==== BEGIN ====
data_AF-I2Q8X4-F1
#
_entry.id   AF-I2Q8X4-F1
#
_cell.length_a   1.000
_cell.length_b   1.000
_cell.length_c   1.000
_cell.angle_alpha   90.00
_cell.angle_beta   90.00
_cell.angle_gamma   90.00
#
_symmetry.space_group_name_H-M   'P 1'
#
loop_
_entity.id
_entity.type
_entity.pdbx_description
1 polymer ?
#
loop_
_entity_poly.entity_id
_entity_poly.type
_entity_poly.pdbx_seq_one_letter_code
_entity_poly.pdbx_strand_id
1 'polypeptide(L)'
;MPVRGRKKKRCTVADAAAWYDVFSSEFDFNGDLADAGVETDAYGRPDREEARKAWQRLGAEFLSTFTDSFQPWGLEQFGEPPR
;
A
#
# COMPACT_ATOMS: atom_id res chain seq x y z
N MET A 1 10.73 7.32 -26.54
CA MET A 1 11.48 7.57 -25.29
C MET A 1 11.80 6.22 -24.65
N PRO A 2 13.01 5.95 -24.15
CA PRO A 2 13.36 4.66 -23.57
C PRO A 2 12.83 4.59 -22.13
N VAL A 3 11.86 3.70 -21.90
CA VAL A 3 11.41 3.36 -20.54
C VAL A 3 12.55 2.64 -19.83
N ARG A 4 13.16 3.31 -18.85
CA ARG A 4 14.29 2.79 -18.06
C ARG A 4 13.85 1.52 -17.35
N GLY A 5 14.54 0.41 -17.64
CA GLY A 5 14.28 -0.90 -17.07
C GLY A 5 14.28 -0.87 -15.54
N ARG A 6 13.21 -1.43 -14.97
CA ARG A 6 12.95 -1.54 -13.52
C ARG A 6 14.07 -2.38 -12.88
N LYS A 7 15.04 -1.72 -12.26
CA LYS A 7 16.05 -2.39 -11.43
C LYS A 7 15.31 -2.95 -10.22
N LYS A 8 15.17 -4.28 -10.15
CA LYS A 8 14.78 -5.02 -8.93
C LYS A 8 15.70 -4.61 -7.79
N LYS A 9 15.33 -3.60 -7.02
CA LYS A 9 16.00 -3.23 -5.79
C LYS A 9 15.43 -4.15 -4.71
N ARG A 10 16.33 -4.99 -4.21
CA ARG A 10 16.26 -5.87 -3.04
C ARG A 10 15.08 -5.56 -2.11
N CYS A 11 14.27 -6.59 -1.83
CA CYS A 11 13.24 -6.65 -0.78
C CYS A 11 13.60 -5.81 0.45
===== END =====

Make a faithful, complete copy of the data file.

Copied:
data_AF-I2Q8X4-F1
#
_entry.id   AF-I2Q8X4-F1
#
_cell.length_a   1.000
_cell.length_b   1.000
_cell.length_c   1.000
_cell.angle_alpha   90.00
_cell.angle_beta   90.00
_cell.angle_gamma   90.00
#
_symmetry.space_group_name_H-M   'P 1'
#
loop_
_entity.id
_entity.type
_entity.pdbx_description
1 polymer ?
#
loop_
_entity_poly.entity_id
_entity_poly.type
_entity_poly.pdbx_seq_one_letter_code
_entity_poly.pdbx_strand_id
1 'polypeptide(L)'
;MPVRGRKKKRCTVADAAAWYDVFSSEFDFNGDLADAGVETDAYGRPDREEARKAWQRLGAEFLSTFTDSFQPWGLEQFGEPPR
;
A
#
# COMPACT_ATOMS: atom_id res chain seq x y z
N MET A 1 10.73 7.32 -26.54
CA MET A 1 11.48 7.57 -25.29
C MET A 1 11.80 6.22 -24.65
N PRO A 2 13.01 5.95 -24.15
CA PRO A 2 13.36 4.66 -23.57
C PRO A 2 12.83 4.59 -22.13
N VAL A 3 11.86 3.70 -21.90
CA VAL A 3 11.41 3.36 -20.54
C VAL A 3 12.55 2.64 -19.83
N ARG A 4 13.16 3.31 -18.85
CA ARG A 4 14.29 2.79 -18.06
C ARG A 4 13.85 1.52 -17.35
N GLY A 5 14.54 0.41 -17.64
CA GLY A 5 14.28 -0.90 -17.07
C GLY A 5 14.28 -0.87 -15.54
N ARG A 6 13.21 -1.43 -14.97
CA ARG A 6 12.95 -1.54 -13.52
C ARG A 6 14.07 -2.38 -12.88
N LYS A 7 15.04 -1.72 -12.26
CA LYS A 7 16.05 -2.39 -11.43
C LYS A 7 15.31 -2.95 -10.22
N LYS A 8 15.17 -4.28 -10.15
CA LYS A 8 14.78 -5.02 -8.93
C LYS A 8 15.70 -4.61 -7.79
N LYS A 9 15.33 -3.60 -7.02
CA LYS A 9 16.00 -3.23 -5.79
C LYS A 9 15.43 -4.15 -4.71
N ARG A 10 16.33 -4.99 -4.21
CA ARG A 10 16.26 -5.87 -3.04
C ARG A 10 15.08 -5.56 -2.11
N CYS A 11 14.27 -6.59 -1.83
CA CYS A 11 13.24 -6.65 -0.78
C CYS A 11 13.60 -5.81 0.45